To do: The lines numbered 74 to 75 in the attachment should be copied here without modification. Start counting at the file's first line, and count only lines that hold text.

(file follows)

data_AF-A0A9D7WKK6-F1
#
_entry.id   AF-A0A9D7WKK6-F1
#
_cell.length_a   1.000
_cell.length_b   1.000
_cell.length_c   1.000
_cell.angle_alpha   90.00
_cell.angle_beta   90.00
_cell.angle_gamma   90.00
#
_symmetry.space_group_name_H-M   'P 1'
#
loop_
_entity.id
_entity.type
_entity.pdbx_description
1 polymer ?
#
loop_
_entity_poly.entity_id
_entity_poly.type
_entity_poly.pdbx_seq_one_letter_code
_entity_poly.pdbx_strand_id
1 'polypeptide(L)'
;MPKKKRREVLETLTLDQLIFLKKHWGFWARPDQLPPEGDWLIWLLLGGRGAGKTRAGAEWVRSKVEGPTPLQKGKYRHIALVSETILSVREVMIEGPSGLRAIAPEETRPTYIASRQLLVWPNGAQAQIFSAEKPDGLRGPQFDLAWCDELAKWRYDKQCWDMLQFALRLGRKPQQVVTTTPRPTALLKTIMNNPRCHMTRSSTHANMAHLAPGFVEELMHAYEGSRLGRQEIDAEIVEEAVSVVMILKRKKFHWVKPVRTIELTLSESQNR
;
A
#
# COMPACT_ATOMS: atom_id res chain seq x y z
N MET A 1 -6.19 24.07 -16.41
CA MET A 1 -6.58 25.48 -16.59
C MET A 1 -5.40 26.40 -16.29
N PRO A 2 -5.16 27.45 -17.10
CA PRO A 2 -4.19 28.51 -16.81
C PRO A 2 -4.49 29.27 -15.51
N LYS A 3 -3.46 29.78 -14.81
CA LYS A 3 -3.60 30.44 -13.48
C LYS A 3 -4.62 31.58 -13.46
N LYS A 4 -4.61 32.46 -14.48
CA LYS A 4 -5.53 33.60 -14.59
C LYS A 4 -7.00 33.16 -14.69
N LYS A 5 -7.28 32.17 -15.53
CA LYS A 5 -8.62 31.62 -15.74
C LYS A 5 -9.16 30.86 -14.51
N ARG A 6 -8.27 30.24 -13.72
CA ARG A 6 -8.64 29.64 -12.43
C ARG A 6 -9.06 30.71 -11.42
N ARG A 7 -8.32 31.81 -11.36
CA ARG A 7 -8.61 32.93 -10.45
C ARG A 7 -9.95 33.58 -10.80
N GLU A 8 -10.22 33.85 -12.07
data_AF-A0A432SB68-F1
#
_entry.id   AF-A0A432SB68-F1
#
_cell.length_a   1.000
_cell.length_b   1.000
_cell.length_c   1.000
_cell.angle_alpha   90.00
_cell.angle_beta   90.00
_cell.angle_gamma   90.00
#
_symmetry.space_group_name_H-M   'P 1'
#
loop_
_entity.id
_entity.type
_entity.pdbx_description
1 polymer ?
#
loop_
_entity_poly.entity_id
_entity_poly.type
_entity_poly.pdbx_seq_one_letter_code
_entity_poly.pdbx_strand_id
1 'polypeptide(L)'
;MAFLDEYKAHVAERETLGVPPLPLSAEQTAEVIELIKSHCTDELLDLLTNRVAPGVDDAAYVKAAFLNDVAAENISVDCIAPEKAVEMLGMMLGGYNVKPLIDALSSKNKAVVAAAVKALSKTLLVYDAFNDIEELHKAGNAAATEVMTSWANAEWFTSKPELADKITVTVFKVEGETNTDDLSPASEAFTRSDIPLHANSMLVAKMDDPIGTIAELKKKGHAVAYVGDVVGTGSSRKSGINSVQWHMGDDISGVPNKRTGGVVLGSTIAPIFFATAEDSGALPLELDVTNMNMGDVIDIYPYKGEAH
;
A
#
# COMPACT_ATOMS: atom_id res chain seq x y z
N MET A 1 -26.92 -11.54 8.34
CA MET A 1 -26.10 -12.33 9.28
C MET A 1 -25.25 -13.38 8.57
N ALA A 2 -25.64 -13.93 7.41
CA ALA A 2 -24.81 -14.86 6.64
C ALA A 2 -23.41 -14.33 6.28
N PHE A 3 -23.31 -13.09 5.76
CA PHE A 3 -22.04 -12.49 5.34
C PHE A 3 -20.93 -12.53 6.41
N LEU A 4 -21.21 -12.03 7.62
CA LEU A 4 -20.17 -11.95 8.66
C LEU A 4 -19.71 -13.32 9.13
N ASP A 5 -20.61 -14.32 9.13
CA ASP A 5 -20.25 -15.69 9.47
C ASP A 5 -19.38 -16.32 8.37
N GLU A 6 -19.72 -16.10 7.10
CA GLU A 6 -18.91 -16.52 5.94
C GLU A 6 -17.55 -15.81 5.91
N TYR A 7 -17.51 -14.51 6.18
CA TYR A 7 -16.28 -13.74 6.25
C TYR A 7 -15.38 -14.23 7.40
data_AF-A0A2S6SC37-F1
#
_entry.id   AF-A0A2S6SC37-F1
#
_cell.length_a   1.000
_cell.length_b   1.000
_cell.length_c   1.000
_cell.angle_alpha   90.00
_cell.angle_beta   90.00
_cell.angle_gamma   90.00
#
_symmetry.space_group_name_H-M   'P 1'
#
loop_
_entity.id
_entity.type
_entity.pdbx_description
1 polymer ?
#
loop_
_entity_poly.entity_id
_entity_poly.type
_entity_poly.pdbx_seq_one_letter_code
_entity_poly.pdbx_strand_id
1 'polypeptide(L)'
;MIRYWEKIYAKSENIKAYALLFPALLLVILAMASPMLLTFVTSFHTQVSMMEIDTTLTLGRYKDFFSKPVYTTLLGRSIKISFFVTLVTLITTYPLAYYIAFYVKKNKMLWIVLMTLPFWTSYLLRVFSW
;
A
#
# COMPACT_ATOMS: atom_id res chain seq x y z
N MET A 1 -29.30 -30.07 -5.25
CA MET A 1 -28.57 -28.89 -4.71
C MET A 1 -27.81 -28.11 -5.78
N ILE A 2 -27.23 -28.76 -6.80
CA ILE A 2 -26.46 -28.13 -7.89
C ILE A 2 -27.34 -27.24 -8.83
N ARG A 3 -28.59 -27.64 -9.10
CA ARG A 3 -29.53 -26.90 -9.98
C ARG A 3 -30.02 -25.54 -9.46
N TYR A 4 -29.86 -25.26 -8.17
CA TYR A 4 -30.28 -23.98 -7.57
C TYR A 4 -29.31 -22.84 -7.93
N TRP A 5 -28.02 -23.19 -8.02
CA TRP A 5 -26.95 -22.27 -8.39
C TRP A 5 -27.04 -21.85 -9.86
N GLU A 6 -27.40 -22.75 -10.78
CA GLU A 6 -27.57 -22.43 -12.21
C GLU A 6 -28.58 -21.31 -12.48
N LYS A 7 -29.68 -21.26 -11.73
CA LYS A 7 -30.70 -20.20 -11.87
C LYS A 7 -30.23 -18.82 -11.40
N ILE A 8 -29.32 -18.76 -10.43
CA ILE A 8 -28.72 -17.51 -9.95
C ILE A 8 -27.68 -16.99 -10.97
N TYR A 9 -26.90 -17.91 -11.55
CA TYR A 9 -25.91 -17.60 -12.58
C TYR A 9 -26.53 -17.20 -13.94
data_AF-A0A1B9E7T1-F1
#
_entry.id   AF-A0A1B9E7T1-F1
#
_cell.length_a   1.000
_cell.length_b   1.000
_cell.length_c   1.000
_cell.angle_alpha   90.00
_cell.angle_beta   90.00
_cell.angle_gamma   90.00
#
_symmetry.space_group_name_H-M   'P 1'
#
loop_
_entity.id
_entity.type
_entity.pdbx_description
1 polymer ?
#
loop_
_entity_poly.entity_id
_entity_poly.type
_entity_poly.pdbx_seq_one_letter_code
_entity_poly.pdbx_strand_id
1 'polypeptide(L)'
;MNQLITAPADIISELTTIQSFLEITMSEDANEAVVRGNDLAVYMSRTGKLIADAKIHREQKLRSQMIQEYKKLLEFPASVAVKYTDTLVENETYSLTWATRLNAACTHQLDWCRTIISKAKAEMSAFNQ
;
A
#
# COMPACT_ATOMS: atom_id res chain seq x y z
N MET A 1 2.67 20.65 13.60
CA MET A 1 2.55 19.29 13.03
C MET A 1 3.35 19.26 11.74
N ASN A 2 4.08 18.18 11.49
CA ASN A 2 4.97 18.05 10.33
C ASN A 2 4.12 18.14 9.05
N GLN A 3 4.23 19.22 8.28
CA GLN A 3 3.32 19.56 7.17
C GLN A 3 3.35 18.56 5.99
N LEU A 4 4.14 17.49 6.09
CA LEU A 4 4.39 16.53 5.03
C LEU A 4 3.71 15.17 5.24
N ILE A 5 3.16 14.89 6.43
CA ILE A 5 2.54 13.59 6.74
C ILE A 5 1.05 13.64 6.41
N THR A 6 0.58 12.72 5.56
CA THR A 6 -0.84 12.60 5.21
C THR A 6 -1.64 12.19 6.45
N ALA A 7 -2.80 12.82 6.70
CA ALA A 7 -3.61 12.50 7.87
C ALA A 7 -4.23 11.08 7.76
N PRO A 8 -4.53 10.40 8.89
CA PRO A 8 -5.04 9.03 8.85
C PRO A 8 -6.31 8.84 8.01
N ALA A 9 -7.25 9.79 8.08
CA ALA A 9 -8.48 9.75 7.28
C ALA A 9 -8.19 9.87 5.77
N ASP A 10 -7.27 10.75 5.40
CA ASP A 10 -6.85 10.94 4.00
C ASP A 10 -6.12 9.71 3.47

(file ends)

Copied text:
_entity_poly.type
_entity_poly.pdbx_seq_one_letter_code